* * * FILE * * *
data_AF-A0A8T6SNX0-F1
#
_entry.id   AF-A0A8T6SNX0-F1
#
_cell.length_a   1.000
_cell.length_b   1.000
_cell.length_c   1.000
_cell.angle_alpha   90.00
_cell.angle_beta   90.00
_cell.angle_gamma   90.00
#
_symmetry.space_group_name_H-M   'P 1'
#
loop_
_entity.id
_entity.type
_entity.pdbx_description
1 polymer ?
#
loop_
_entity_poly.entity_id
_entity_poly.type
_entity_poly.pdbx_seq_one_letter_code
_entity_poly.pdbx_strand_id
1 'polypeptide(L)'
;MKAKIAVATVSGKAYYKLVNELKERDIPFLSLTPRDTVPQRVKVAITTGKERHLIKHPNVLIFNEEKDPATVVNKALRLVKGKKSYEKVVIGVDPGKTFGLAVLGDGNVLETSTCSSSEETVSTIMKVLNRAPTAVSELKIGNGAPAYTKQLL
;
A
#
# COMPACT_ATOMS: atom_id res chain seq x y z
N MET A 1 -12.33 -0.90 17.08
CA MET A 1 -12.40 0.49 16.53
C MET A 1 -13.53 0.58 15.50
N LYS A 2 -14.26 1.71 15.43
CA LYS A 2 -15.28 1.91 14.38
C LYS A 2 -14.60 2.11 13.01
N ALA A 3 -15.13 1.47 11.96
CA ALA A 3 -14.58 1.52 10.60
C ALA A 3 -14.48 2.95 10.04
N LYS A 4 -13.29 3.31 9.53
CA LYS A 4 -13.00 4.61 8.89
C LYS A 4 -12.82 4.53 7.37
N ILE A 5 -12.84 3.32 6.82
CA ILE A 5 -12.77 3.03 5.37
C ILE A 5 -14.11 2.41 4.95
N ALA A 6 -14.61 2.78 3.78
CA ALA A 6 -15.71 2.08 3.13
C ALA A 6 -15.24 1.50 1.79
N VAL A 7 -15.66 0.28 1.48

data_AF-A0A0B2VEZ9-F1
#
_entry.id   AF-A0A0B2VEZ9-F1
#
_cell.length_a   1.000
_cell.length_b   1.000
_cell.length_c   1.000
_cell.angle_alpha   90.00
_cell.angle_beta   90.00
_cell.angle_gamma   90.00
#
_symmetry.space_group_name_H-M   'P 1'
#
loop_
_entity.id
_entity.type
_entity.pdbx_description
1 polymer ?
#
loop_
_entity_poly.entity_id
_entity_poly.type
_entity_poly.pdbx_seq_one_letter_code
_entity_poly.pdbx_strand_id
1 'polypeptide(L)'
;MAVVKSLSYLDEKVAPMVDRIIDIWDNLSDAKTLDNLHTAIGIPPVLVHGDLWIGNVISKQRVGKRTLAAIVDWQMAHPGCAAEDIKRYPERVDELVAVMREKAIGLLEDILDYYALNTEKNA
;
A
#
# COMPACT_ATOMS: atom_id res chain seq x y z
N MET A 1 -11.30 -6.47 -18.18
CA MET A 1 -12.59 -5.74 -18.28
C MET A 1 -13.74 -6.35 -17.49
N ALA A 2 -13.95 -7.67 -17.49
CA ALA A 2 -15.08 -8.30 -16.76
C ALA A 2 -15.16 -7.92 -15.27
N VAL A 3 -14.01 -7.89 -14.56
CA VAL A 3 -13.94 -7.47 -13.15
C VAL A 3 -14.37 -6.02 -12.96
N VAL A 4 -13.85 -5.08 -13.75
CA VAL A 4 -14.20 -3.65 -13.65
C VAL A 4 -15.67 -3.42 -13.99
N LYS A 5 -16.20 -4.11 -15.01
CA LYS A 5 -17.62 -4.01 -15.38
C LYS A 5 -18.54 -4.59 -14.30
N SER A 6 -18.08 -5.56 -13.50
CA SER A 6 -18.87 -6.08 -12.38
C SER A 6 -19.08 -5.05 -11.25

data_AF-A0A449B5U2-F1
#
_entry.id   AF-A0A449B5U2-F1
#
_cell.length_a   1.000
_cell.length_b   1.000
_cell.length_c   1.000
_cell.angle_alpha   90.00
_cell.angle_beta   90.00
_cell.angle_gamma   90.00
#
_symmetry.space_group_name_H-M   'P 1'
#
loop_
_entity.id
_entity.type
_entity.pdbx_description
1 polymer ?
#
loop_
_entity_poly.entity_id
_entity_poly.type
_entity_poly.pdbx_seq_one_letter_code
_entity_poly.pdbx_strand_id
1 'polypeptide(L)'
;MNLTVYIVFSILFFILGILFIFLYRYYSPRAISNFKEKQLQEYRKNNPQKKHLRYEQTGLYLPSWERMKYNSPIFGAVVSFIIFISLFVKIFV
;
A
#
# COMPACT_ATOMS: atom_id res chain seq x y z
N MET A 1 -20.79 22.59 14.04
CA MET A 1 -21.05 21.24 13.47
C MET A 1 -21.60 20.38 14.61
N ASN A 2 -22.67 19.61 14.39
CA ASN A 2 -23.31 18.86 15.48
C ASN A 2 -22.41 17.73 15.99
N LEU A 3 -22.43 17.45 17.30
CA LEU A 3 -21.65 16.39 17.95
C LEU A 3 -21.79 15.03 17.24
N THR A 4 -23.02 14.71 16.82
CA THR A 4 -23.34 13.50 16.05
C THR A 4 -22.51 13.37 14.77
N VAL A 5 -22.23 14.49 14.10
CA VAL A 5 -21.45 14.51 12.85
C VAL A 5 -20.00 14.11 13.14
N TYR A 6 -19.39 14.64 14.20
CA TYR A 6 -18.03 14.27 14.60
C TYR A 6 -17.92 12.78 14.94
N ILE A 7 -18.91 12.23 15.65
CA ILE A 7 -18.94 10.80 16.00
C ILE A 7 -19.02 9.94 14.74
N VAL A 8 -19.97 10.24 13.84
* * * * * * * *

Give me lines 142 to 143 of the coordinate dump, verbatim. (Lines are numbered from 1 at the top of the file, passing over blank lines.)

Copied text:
C VAL A 5 -20.00 14.11 13.14
N TYR A 6 -19.39 14.64 14.20